by Amber White

ChiroHealthUSA Social Media Specialist

What does it take to become a chiropractor? Are they considered real doctors? Can they really treat my condition? Many individuals who are considering adding chiropractic into their wellness routines wonder about the qualifications a chiropractor possesses.

According to Medical News Today, chiropractors attend graduate-level health colleges to treat disorders of the bones, nerves, muscles, and ligaments. They graduate with a Doctor of Chiropractic (DC) degree, but they are not medical doctors. While chiropractors are widely known for treating back and neck pain, they also treat bone and soft tissue conditions.

It’s a common myth that chiropractors don’t have extensive training. However, nothing could be further from the truth. The typical chiropractor completes at least 8 years of higher education before receiving licensure.  Most complete undergraduate programs in pre-med studying such subjects as biology, chemistry, physics, etc. Then, they attend a chiropractic graduate program where they spend the next 4 years earning over 4,200 hours of instructional credits.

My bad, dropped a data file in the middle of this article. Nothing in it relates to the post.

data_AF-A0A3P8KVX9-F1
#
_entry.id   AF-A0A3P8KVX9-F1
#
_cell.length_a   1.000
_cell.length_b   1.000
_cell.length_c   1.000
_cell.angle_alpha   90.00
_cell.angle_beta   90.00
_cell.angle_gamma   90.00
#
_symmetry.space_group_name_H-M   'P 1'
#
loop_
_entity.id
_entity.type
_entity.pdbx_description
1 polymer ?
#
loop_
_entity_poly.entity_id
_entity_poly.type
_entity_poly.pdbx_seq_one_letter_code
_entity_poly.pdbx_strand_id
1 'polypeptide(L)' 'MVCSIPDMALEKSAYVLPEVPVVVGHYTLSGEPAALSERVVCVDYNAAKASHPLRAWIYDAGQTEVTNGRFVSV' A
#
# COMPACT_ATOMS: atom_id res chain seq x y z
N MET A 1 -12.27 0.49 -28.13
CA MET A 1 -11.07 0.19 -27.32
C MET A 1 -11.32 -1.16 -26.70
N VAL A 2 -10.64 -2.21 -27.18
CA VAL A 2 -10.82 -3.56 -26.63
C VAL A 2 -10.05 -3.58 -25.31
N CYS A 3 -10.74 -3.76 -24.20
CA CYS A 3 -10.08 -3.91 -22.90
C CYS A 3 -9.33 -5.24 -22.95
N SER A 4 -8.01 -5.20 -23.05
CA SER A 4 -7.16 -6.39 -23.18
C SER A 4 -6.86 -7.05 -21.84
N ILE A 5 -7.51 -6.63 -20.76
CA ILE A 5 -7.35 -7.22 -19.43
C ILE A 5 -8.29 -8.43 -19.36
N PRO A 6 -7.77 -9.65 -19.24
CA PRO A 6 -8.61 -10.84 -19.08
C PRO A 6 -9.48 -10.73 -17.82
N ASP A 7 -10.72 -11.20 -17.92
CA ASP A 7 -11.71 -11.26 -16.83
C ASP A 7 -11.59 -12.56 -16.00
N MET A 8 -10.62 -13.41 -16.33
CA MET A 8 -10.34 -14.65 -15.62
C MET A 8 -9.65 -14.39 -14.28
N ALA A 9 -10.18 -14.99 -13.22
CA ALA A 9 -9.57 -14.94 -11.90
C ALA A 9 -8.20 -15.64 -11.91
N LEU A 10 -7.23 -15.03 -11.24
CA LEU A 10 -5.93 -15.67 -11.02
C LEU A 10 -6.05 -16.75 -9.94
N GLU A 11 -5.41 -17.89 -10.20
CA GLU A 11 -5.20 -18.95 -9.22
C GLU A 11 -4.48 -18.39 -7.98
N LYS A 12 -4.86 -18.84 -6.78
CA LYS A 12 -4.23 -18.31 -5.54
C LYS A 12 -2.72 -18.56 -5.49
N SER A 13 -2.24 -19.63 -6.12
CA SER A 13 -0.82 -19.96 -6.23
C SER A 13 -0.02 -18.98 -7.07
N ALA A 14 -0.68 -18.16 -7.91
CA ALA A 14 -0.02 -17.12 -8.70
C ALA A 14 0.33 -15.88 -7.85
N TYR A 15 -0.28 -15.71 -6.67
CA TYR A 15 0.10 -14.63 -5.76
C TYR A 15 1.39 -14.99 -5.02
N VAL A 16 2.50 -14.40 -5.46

And, Chiropractors do more than just adjust your spine. Although chiropractic care is centered around spinal manipulation, practitioners study how the spine relates to the body’s function as a whole. While most of a chiropractor’s work involves treating lower back and neck pain, they can treat and help relieve pain in many other parts of the body. Chiropractors use hands-on, drug-free techniques to improve posture, promote nutrition and enable patients to become more active. 

So, when it comes to the truth about chiropractors, they are more than qualified to provide you with the relief and care you need to be at your best.

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